I’m finally back in country after a successful week of travel to the States. After working a full day at school, sitting around Dammam Airport (which is really not the most inviting place in the world) until the early morning, then partaking in 32 hours of relatively uneventful flights, and finally spending the last 4 hours in a car, I arrived in my home town in all its autumnal glory. I made it back just in time to be able to surprise one of my very good friends at the rehearsal for his wedding, and it couldn’t have been a more enjoyable weekend.
It was interesting to talk with everyone about my experiences living in the Kingdom. Some were left genuinely bewildered as to how and why I ended up in the middle of a desert 8000 miles from everything I have ever known, while others were pretty excited to hear all little details of living in one of the most religiously prohibitive countries on earth. I initially figured I would turn into a bit of a pompous ass and grow tired of constantly having to explain myself to everyone I met, but I quickly realized that every time I found myself explaining something to someone new, it was a definite deep conversation rather than me just blathering on like a self absorbed idiot. Or at least that’s how I walked away from it. I very well could be a little egocentric, but then who isn’t when they get a little more attention than usual.
I relived my wonderfully ordinary series of flights back to Dammam, this time flying with the jet stream so as to make it a bit quicker, and am now currently enjoying the same monotonous compound life as before. Going back home, after any extended period of time, tends to give you a false sense that the world changes at an incredible pace. In reality, very little actually changes when you get back and it’s a bit of a downer to realize that. It’s also incredibly unsatisfying to then return to your new home, hoping for some evidence of even a minimal change, and realize that things are still exactly as you left them. This realization personally materialized as a very ill-advised, home-sickness and jet lag induced, sunset-to-sunrise, homemade wine drinking binge followed by a full 18 hours of painfully intermittent hungover sleep.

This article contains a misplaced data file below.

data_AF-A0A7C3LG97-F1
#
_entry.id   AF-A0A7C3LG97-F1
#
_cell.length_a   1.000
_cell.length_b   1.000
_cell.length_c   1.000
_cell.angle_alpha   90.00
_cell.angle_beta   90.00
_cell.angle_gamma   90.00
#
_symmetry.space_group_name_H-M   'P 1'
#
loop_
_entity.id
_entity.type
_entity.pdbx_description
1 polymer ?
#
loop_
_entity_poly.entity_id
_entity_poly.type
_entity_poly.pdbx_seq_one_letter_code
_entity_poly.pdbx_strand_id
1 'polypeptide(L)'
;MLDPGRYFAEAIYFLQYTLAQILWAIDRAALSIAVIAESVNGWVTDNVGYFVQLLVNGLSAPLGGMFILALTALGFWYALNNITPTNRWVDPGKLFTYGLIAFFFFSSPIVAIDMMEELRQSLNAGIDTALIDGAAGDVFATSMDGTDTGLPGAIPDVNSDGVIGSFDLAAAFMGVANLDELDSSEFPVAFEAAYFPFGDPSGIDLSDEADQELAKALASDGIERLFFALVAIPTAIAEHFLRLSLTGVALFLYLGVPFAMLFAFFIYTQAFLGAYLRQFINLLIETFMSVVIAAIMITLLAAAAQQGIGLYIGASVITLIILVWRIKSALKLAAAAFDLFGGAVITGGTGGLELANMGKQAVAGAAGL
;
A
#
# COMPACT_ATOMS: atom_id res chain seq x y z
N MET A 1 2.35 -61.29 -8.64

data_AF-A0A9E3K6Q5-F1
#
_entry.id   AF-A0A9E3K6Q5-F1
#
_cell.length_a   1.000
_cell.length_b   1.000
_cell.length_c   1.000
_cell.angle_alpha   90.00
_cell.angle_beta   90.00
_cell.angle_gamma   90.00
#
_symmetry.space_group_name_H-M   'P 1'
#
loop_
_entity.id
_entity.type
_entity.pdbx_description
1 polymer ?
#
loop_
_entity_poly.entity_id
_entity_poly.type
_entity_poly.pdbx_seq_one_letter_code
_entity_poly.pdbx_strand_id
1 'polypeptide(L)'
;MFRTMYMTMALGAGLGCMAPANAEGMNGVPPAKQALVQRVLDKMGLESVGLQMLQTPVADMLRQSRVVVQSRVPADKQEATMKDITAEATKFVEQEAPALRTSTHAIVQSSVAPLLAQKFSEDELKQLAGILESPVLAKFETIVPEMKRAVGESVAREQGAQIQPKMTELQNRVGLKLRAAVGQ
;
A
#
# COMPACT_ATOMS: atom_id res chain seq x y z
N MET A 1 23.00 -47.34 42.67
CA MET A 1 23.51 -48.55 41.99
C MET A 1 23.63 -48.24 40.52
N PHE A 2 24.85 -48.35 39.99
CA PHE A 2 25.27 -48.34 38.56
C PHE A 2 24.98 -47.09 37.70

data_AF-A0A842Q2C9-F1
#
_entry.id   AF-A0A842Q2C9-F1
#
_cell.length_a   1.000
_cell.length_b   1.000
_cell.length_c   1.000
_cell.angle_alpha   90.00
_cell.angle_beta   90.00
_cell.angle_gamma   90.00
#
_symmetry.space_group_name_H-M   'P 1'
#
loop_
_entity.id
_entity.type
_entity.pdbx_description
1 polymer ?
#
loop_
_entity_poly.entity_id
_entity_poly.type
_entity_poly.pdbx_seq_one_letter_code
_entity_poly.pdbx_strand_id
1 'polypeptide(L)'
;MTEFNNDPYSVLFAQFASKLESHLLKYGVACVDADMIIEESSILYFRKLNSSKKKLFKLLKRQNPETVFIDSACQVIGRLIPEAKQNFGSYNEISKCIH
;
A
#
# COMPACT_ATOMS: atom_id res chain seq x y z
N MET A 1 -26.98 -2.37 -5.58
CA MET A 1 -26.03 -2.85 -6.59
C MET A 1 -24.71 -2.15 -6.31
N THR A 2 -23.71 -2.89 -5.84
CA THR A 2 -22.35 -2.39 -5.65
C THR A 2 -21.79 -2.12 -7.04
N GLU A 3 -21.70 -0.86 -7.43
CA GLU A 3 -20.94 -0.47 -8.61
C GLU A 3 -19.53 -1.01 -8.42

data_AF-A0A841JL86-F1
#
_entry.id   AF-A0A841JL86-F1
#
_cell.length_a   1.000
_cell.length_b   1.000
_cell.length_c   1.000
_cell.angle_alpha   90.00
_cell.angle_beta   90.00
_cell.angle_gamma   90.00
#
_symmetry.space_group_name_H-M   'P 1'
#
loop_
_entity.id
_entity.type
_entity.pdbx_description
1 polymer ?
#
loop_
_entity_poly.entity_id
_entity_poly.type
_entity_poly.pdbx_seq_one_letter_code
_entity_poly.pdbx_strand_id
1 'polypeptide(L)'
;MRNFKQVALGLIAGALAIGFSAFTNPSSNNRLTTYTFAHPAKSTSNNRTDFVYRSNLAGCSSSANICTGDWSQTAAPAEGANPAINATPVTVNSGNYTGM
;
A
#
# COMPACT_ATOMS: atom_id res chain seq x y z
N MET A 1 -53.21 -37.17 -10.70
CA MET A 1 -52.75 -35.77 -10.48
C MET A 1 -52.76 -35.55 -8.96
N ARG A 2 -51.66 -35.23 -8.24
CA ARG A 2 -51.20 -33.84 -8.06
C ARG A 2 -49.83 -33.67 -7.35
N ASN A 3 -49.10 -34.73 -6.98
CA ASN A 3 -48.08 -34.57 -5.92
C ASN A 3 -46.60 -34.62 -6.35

It’s been a considerable personal challenge living here. For as exciting as it is to experience total change in every part of life at such a fast pace, it’s also depressing to realize that everything you left behind is continuing on in its own normal way. I didn’t realize this was going to happen when I left two months ago, and it really came to the surface once I checked in at the airport in Minneapolis and I was left to mull it over in solitude for the next 24 hours. At some point, every dream that comes to fruition has its dark period. I waited and dreamt for years to become a teacher and live abroad, and through quite a bit of good luck it happened much sooner than most people expected. My plans didn’t originally include living somewhere quite this remote or teaching in a school quite this ridiculous, but I’ve never been one to wind up with the most sensible or peachy-keen experiences anyway. My low point is realizing that pretty much everything I expected to happen hasn’t, and for the definite near future, it won’t. It makes it hard to keep a positive attitude about waiting out my time here in the Kingdom and hoping things will improve, but I’m trying, much harder than at other times, to keep from throwing in the towel. I know that in time, and with effort, things will, inevitably, get better. Because honestly, how could they really get any worse.